Sep 10, 2009

Official diagnosis

I went back to the doctor yesterday for my third appointment. She showed me my paperwork with my official diagnosis:

Major Depressive Episode (moderate)

Specific Phobia/Generalized Anxiety Disorder

I've opted for no medication at this point. I'm not trying to prove a point to anyone. In fact, there are times when I would really, really like to take something because I just don't think I can do it on my own. But that's the whole problem. I know what I  really need to do to deal with this - everything I never did over the past 20 years. So without getting into the details, I've got a long road ahead of me. I'm not looking forward to it because it's going to be a lot of hard work and a lot of retraining my brain to think and react differently, but I think it will work. It's what I've known all along would work, but was too scared to try.

{This all sounds like some weird science experiment, but it's just a form of therapy where you challenge your current way of thinking. I'm an all-or-nothing, black-or-white type of person. For example, I think I'm a horrible mom because of that time I didn't want to be around Griffin when I was exhausted and had a migraine and he was fussing. I felt awful and guilty and I cried for two days. Am I really a horrible mom? No, but I need to retrain myself to stop thinking that way. That's just one small example. The list could go on and on. And it does...}


Girl_in_black said...

No medication = harder way to recover, but it will stick. I really enjoyed reading this.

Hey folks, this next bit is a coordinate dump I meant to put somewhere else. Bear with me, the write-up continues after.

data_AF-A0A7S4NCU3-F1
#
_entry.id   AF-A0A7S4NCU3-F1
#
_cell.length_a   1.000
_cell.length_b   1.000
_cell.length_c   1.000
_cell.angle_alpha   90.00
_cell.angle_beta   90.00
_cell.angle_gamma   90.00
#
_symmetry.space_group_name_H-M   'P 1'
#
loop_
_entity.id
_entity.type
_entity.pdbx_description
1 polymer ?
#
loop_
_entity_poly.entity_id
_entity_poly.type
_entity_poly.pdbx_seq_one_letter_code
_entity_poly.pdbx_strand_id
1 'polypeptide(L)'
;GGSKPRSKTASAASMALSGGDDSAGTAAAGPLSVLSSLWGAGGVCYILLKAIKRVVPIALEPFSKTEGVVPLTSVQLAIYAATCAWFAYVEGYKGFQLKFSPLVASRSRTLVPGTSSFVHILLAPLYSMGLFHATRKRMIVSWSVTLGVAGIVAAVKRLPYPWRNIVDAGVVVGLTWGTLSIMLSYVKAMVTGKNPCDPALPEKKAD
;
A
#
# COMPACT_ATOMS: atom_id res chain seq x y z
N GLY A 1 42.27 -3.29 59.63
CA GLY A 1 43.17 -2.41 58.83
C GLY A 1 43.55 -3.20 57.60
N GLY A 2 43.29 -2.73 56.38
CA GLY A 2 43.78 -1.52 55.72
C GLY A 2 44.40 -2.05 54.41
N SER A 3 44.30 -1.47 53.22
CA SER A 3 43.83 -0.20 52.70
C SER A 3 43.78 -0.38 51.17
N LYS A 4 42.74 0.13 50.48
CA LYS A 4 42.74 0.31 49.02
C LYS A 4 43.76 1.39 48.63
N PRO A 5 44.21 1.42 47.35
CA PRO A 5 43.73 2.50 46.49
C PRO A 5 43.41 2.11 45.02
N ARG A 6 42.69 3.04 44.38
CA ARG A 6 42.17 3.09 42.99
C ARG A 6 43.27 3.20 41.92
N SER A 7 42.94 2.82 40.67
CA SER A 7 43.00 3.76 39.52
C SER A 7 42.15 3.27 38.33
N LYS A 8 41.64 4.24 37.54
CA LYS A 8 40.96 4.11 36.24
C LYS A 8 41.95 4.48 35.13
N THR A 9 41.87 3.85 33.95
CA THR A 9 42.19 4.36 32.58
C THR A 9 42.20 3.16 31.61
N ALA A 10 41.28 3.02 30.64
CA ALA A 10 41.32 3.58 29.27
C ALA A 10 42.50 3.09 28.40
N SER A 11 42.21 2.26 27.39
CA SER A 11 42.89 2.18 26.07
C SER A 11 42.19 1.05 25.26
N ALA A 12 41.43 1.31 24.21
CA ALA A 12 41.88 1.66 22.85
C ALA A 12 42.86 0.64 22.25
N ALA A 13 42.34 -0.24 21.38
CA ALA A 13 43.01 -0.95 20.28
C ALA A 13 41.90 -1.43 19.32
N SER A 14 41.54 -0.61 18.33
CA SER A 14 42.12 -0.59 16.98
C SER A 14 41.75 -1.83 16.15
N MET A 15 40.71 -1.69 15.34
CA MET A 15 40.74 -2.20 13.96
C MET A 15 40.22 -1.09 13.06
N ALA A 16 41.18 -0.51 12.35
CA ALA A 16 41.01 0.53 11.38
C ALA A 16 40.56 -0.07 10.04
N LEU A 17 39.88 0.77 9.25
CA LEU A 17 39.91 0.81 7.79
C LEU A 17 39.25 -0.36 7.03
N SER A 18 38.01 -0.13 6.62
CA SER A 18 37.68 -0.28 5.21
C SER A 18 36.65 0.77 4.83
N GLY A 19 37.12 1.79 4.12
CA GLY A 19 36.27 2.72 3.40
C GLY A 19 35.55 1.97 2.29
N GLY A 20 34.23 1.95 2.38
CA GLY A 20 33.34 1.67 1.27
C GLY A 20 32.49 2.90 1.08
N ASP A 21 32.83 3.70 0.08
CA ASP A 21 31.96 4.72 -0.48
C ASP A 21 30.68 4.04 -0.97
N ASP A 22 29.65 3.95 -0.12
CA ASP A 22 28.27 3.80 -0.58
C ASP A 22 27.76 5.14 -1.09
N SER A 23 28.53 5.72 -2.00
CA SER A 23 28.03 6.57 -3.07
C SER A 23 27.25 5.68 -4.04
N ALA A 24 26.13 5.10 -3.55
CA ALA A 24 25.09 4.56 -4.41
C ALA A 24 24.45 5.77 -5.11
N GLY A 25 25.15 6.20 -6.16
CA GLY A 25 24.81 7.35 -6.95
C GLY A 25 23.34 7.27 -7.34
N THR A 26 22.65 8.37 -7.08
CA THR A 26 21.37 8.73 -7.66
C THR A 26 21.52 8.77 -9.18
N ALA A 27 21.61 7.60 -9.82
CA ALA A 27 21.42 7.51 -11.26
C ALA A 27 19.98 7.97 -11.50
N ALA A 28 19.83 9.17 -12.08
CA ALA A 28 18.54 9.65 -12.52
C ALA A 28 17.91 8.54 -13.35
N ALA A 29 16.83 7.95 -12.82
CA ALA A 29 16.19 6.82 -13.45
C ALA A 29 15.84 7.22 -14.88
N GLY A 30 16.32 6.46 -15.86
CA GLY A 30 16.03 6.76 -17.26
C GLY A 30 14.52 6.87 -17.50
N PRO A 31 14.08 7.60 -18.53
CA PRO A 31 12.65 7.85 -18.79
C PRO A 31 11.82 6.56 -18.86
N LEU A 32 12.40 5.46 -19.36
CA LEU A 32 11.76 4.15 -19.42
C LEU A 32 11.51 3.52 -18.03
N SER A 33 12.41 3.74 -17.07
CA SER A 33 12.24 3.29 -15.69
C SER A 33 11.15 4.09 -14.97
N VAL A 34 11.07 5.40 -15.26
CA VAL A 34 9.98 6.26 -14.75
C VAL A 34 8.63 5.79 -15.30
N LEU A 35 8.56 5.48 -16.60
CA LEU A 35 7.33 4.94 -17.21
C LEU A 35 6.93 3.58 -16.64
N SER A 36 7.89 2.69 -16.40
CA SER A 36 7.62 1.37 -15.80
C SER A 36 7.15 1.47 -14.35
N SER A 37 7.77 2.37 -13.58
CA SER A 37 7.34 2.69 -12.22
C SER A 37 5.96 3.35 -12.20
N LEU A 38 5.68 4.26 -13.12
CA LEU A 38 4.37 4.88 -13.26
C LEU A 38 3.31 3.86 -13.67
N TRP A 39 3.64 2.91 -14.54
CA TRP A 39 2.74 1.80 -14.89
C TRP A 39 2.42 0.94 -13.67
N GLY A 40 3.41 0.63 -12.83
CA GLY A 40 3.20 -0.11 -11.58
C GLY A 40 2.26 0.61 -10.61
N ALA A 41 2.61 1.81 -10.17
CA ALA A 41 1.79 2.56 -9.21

Tracy said...

I agree - no medication is a harder way to recover. The problem I ran into in the past is that I did medication and no real therapy. I relied too much on the meds. I felt better, went off the meds, and slowly it all came back. I haven't closed the door on medication, but for now I'm going to see how things go.

Megan said...

Therapy is kicking my ass. In a good way, but it's still really, really hard. All of the things I don't like doing I'm having to do. It's been terrifying but really good for me. For example, I don't journal (long story) but I've had to keep a journal for the past 8 weeks. It's amazing what that has forced me to do.

Not intending to hijack just a commisseration.

I'm glad to hear you're feeling a bit better and a bit more confident.

Jason said...

The thought of therapy scares the crap outta me--why would I want to highlight all of my deficiencies?--so I admire the hell out of you, Tracy. You are a brave woman--an exceedingly wonderful person and a very good mother, too, you know.

If you do happen to need anything, anytime, as you do this, don't hesitate to let me know. Even if that thing is a nice quiet yummy meal at Portillo's in DeKalb. Actually, ESPECIALLY if it's a meal at Portillo's in DeKalb. :-)

jazzfiend1000 said...

T- this is WONDERFUL. This is the same type of therapy I do. Yes, it will be hard, but in the long run, you will thank yourself many times over for sticking with it and going for it. I'm so proud of you!

Let's get that lunch soon, K?

oregonamy1972 said...

I admire you for sharing your struggles and for got forward with's a good thing!